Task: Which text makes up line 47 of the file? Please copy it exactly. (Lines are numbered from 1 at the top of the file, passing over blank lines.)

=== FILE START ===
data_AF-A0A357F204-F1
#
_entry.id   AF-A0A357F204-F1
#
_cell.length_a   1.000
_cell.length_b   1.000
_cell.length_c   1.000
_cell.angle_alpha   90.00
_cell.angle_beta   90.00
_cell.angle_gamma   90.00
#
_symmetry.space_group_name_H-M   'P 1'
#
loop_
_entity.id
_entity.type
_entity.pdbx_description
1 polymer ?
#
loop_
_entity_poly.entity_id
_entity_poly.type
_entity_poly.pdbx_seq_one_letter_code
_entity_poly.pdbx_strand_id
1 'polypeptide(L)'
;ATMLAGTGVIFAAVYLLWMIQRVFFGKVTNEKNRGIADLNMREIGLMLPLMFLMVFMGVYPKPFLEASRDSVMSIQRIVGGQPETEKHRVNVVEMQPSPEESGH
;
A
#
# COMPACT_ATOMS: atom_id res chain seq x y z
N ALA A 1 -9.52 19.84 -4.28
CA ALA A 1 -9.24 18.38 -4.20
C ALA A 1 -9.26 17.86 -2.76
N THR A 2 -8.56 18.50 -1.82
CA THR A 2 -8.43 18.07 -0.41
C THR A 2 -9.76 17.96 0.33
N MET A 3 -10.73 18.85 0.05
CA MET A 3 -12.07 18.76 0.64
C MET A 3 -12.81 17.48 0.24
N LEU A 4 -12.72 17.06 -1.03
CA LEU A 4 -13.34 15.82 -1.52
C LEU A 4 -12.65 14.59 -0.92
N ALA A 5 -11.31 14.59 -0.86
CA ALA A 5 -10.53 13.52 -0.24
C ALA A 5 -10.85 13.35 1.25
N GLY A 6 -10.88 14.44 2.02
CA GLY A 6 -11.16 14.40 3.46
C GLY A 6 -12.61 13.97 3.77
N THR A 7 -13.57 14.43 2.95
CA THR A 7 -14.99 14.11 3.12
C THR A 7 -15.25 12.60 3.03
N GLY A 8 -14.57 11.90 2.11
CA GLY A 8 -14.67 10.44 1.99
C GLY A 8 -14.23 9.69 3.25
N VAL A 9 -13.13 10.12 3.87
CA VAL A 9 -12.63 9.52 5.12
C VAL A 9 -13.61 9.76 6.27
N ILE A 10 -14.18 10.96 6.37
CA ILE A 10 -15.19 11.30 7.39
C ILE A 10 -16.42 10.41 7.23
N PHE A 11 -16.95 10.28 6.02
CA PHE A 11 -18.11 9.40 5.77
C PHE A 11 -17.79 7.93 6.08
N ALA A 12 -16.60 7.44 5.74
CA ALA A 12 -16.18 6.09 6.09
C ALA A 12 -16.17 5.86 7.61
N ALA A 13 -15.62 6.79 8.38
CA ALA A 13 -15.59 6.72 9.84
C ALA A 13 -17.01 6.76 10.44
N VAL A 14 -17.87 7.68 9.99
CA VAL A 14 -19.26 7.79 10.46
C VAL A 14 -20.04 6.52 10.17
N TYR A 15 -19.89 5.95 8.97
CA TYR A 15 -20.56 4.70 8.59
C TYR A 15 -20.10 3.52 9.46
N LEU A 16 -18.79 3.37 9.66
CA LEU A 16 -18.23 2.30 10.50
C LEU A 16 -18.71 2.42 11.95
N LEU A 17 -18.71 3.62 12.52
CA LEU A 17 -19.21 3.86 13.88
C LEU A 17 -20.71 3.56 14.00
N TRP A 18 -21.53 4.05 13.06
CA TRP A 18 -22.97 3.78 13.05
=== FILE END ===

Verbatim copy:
CA GLY A 6 -11.16 14.40 3.46